For twenty-five years, Robert Crais has written extraordinary novels of crime and suspense. He is a master of crime fiction ("Associated Press"); his novels get better with every new book ("Portland Oregonian"); Crais is hands-down the world's greatest crime writer ("The Huffington Post").
But in "Suspect," he may have written his most remarkable novel of all.
LAPD cop Scott James is not doing so well, not since a shocking nighttime assault by unidentified men killed his partner Stephanie, nearly killed him, and left him enraged, ashamed, and ready to explode. He is unfit for duty until he meets his new partner.
Maggie is not doing so well, either. The German shepherd survived three tours in Iraq and Afghanistan sniffing explosives before she lost her handler to an IED and sniper attack, and her PTSD is as bad as Scott's.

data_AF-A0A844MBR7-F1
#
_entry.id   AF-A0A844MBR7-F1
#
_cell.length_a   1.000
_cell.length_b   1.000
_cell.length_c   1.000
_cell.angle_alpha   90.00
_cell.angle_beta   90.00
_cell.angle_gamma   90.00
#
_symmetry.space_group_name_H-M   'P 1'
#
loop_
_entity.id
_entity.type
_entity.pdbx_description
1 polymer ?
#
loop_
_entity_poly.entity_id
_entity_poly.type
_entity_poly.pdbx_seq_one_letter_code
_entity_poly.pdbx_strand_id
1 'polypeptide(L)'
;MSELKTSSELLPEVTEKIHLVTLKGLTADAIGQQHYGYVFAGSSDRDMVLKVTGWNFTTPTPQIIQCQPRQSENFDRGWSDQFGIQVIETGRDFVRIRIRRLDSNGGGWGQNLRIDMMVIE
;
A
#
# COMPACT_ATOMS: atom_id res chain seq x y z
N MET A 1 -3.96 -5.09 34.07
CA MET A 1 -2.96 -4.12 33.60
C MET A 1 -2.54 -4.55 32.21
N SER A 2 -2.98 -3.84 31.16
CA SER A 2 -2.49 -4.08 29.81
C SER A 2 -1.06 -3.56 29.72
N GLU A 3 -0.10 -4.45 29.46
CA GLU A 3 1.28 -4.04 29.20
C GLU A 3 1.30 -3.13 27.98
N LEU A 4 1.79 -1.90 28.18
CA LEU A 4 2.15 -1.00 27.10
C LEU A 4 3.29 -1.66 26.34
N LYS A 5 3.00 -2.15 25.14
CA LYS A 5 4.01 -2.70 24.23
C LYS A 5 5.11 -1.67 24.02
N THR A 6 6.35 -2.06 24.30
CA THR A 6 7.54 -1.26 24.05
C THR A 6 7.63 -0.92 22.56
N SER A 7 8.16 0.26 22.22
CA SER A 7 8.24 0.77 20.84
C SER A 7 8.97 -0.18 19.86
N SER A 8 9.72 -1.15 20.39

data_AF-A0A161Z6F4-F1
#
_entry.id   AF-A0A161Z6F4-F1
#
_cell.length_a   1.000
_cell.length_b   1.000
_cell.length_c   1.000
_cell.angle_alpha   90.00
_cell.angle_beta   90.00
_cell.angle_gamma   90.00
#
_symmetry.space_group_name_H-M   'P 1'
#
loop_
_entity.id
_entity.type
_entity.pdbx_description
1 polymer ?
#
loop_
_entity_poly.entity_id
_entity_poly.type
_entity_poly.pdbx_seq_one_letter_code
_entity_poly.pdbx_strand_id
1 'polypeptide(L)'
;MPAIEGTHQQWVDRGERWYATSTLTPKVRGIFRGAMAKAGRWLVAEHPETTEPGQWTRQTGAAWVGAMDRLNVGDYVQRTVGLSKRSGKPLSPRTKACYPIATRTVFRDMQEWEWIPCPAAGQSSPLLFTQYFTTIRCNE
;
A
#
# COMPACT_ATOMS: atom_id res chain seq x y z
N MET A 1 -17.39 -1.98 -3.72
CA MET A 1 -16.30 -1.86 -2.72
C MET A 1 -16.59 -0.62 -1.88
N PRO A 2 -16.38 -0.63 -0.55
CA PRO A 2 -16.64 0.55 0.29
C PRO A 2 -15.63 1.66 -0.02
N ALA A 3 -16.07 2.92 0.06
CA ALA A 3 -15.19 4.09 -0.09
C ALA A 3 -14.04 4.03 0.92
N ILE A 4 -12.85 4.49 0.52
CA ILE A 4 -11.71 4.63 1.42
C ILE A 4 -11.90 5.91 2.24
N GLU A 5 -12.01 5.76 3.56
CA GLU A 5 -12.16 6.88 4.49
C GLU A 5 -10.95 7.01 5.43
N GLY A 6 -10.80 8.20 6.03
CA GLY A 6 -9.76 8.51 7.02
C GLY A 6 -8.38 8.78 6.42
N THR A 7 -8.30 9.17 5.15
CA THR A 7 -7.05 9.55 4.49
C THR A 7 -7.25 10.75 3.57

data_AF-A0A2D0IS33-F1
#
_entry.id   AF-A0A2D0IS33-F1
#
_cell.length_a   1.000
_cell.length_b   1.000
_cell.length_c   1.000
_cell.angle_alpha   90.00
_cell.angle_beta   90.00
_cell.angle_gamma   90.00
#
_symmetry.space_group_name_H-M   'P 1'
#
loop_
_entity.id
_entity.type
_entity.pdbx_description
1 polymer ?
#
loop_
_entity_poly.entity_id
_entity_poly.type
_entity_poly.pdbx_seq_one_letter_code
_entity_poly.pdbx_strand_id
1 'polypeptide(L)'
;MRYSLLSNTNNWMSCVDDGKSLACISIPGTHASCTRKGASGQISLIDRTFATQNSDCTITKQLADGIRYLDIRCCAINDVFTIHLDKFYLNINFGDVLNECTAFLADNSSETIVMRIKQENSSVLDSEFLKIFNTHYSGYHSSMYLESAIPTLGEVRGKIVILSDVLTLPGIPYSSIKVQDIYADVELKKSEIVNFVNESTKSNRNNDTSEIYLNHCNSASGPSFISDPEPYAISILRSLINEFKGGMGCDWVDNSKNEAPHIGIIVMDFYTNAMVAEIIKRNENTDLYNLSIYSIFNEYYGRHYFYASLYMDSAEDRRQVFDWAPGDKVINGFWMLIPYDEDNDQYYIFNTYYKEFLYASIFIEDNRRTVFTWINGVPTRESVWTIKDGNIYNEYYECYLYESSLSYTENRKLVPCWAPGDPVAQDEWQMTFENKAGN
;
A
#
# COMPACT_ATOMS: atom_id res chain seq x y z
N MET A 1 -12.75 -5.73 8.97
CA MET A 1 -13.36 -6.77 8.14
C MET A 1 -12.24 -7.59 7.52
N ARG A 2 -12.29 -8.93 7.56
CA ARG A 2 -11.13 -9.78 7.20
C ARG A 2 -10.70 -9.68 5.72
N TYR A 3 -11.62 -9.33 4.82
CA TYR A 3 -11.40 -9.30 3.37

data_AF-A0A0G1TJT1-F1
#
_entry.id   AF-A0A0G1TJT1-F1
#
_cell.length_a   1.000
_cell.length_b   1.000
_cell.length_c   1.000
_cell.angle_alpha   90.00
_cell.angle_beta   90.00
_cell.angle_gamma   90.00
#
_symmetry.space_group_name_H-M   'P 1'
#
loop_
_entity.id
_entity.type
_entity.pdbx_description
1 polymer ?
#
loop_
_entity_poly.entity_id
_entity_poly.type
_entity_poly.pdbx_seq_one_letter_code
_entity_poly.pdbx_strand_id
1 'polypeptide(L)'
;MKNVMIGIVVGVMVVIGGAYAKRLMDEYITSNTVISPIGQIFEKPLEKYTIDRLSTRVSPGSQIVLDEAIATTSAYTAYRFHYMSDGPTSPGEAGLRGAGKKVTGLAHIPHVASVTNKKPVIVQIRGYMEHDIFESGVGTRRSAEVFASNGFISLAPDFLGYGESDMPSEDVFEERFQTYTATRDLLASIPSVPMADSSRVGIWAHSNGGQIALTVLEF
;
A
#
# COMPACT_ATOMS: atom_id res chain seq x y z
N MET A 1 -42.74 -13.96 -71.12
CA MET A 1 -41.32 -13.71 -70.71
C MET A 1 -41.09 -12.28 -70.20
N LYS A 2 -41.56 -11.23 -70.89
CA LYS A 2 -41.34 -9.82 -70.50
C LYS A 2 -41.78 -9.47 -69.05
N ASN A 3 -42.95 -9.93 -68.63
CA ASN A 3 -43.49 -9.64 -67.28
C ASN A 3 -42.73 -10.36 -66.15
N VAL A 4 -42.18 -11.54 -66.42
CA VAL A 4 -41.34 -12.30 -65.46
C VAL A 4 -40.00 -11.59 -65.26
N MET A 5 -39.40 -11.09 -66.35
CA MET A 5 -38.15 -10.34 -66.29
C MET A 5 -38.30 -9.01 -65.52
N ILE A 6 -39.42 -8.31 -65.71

They are each other's last chance. He was a young cop on the rise, she was bred to guard and protect. Now they are shunned and shunted to the side. They are suspect. And together they will set out to investigate the one case that no one wants them to touch: the identity of the men who murdered Stephanie.
Nine months and sixteen days later, they remained free. They were still out there.
What they begin to find is nothing like what Scott has been told, and where it will lead them will take them both through the darkest moments of their own personal hells. Whether they will make it out again, no one can say.
Thrilling, emotional, intense, with some of the best characters and well-crafted writing in all of crime fiction, "Suspect" is further proof that Crais just keeps getting better ("Publishers Weekly").